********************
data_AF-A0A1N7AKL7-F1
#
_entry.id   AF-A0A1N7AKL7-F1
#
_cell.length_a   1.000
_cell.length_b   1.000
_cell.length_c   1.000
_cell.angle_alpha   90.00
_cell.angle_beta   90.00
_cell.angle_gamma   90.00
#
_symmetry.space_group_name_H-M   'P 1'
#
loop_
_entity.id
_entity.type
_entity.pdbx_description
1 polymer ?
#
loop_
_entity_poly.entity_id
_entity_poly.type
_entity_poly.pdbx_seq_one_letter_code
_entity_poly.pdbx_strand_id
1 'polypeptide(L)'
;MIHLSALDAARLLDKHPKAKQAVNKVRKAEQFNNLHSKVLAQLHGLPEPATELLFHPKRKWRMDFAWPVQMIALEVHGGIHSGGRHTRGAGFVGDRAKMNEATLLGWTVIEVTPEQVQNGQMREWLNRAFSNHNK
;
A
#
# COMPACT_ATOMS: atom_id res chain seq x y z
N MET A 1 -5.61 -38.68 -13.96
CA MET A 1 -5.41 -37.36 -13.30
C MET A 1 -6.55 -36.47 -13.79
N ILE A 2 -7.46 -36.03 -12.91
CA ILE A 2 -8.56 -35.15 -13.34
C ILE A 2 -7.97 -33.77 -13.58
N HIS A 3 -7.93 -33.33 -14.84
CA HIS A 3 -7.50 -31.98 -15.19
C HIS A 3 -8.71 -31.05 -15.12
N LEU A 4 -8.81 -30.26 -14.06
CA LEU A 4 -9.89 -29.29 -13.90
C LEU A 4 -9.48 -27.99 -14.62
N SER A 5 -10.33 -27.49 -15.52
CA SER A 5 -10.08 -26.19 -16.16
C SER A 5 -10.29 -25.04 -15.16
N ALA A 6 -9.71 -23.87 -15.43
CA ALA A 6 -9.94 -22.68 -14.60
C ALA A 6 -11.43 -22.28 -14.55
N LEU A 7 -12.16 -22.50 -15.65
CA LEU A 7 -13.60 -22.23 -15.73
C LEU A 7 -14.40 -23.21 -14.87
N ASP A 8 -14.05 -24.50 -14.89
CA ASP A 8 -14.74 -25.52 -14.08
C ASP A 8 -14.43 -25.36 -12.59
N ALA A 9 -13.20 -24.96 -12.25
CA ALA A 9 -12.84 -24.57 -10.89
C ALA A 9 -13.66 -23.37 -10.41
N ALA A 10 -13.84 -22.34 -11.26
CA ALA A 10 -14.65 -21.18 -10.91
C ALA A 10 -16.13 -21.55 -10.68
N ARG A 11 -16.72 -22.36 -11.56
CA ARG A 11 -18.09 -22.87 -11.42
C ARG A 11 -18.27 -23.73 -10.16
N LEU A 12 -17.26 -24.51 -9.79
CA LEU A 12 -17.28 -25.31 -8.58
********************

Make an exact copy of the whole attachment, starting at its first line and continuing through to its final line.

data_AF-A0A1N7AKL7-F1
#
_entry.id   AF-A0A1N7AKL7-F1
#
_cell.length_a   1.000
_cell.length_b   1.000
_cell.length_c   1.000
_cell.angle_alpha   90.00
_cell.angle_beta   90.00
_cell.angle_gamma   90.00
#
_symmetry.space_group_name_H-M   'P 1'
#
loop_
_entity.id
_entity.type
_entity.pdbx_description
1 polymer ?
#
loop_
_entity_poly.entity_id
_entity_poly.type
_entity_poly.pdbx_seq_one_letter_code
_entity_poly.pdbx_strand_id
1 'polypeptide(L)'
;MIHLSALDAARLLDKHPKAKQAVNKVRKAEQFNNLHSKVLAQLHGLPEPATELLFHPKRKWRMDFAWPVQMIALEVHGGIHSGGRHTRGAGFVGDRAKMNEATLLGWTVIEVTPEQVQNGQMREWLNRAFSNHNK
;
A
#
# COMPACT_ATOMS: atom_id res chain seq x y z
N MET A 1 -5.61 -38.68 -13.96
CA MET A 1 -5.41 -37.36 -13.30
C MET A 1 -6.55 -36.47 -13.79
N ILE A 2 -7.46 -36.03 -12.91
CA ILE A 2 -8.56 -35.15 -13.34
C ILE A 2 -7.97 -33.77 -13.58
N HIS A 3 -7.93 -33.33 -14.84
CA HIS A 3 -7.50 -31.98 -15.19
C HIS A 3 -8.71 -31.05 -15.12
N LEU A 4 -8.81 -30.26 -14.06
CA LEU A 4 -9.89 -29.29 -13.90
C LEU A 4 -9.48 -27.99 -14.62
N SER A 5 -10.33 -27.49 -15.52
CA SER A 5 -10.08 -26.19 -16.16
C SER A 5 -10.29 -25.04 -15.16
N ALA A 6 -9.71 -23.87 -15.43
CA ALA A 6 -9.94 -22.68 -14.60
C ALA A 6 -11.43 -22.28 -14.55
N LEU A 7 -12.16 -22.50 -15.65
CA LEU A 7 -13.60 -22.23 -15.73
C LEU A 7 -14.40 -23.21 -14.87
N ASP A 8 -14.05 -24.50 -14.89
CA ASP A 8 -14.74 -25.52 -14.08
C ASP A 8 -14.43 -25.36 -12.59
N ALA A 9 -13.20 -24.96 -12.25
CA ALA A 9 -12.84 -24.57 -10.89
C ALA A 9 -13.66 -23.37 -10.41
N ALA A 10 -13.84 -22.34 -11.26
CA ALA A 10 -14.65 -21.18 -10.91
C ALA A 10 -16.13 -21.55 -10.68
N ARG A 11 -16.72 -22.36 -11.56
CA ARG A 11 -18.09 -22.87 -11.42
C ARG A 11 -18.27 -23.73 -10.16
N LEU A 12 -17.26 -24.51 -9.79
CA LEU A 12 -17.28 -25.31 -8.58